History and Historical Tours
Welcome to the Georgetown Square, the “Most Beautiful Town Square in Texas’ and a 1997 Great American Main Street Award Winner, which has one of the finest collections of high Victorian commercial architecture found in the state today. In 1976 a local historic ordinance was passed to recognize and protect the significance of the historic central business district and in 1977 the Williamson County Courthouse Historic District, comprised of some 46 contributing structures, was listed on the National Register of Historic Places.
Georgetown, located in Williamson County, was founded in 1848 on land donated by Thomas B. Huling and George Washington Glasscock, Sr., for whom the town was named. Though the young town quickly established itself as a center for government and commerce, it is best characterized during these early years as a “frontier town of the most common type–a mean looking, tough town composed mainly of shacks and log cabins.”
By 1880 things had begun to change. A limestone courthouse stood on the square, early settlers and merchants had begun to prosper, Southwestern University, the state’s oldest college, had located on the eastern edge of town (1873), and the railroad had arrived in Georgetown (1878). It was a time of great promise for the citizens of Georgetown.
Between the years 1880 and 1910 Georgetown experienced a Golden Age during which the town was alive with the activities of physical expansion and economic development. Though that robust year ended in the early 20th century, it left a permanent mark on the city in the wealth of Victorian architecture which abounds in downtown Georgetown today.
The earliest buildings in Georgetown were probably log cabins and crude shacks. When milled lumber became available, it was used to construct simple wood-frame structures which at one time were evidenced on all four sides of the square. The new-found prosperity of the late 19th century and advent of the railroad expanded the horizons of building in downtown Georgetown.
Wood was eliminated as a building material for more permanent masonry. Limestone was quarried near Georgetown as early as the 1860s and became the preferred material in the late 1800s as evidenced by the quantity of limestone found in downtown Georgetown today. Limestone was used almost universally on the party walls and rear facades, while occasionally more expensive brick was imported for the important storefront. Other prominent materials in turn-of-the-century Georgetown were cast iron and pressed metal, imported by rail from manufacturing centers and applied to the storefronts.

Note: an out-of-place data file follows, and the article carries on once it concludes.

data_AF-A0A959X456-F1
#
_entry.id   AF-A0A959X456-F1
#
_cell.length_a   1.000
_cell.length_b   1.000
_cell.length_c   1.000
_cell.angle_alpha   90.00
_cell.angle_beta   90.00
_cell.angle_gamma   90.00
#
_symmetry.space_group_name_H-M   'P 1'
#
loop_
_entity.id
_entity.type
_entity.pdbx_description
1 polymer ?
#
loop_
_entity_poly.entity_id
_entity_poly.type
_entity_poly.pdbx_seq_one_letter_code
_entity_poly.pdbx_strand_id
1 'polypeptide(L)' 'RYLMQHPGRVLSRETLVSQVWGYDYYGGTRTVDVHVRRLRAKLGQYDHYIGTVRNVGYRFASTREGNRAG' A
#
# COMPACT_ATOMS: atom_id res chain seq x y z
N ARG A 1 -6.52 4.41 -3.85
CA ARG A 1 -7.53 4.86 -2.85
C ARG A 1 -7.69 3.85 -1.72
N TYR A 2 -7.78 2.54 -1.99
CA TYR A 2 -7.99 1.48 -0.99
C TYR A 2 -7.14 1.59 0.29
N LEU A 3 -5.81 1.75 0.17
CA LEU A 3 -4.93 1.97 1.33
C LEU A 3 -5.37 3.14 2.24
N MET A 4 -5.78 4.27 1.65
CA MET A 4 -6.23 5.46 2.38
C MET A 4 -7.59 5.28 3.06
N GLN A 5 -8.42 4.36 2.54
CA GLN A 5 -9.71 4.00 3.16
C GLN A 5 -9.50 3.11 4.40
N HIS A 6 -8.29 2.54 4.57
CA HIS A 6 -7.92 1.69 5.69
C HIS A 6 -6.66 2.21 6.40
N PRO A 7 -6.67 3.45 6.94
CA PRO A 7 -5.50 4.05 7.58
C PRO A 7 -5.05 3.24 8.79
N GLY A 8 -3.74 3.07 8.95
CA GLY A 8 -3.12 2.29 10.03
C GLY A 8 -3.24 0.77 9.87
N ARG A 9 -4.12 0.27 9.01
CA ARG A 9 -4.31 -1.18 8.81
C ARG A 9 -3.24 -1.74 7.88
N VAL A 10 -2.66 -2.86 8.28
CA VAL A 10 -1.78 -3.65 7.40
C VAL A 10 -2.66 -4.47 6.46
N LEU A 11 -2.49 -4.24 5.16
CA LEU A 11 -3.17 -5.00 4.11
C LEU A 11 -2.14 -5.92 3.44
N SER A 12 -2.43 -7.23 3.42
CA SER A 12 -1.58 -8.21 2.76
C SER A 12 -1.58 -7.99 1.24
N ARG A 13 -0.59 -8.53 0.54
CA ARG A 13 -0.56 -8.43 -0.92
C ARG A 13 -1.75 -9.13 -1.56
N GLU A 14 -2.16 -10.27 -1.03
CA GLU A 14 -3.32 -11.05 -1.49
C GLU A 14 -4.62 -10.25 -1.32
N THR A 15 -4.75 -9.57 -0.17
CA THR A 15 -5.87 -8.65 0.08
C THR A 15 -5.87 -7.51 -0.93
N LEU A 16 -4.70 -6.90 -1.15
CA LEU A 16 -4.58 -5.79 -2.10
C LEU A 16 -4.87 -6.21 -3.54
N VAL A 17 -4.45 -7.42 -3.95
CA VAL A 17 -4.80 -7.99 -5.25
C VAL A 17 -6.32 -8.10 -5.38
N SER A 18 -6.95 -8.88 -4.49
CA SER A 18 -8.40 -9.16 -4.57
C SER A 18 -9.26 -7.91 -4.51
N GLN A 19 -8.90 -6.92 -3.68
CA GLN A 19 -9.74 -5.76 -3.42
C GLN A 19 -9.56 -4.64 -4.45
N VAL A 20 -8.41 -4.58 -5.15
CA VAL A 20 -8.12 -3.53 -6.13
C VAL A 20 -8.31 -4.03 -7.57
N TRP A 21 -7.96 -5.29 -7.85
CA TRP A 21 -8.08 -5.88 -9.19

One company in particular, Mesker Brothers of St. Louis, appears to have been an important source in Georgetown. Bernard and Frank Mesker began their catalog marketing technique and manufacture of highly decorative sheet metal storefronts in 1884 and sold over 5,000 storefronts nationwide within the next 23 years. While Georgetown boasts a few outstanding examples of pressed metal storefront design, virtually every structure includes some amount of metal detailing, particularly in the cornice area.
Georgetown’s success in rejuvenating its downtown area is due in great measure to the city’s participation in the National Main Street Program. This innovative program, piloted by the National Trust for Historic Preservation, is designed to bring about economic and architectural revitalization in towns across America.
Main Street’s “self-help” approach unites professional architectural and promotional consultation with locally supported financing and management. Georgetown joined the Main Street effort in January of 1982. Within a three year period, more than $7 million had been reinvested in the central business district, making Georgetown one of the most successful Main Street stories nationwide.
Restoration and revitalization efforts continue in Georgetown, not only in our downtown commercial district but also in our historic neighborhoods. We invite you to explore our city and to enjoy the unique architectural assets and natural resources which set Georgetown apart from other Texas communities.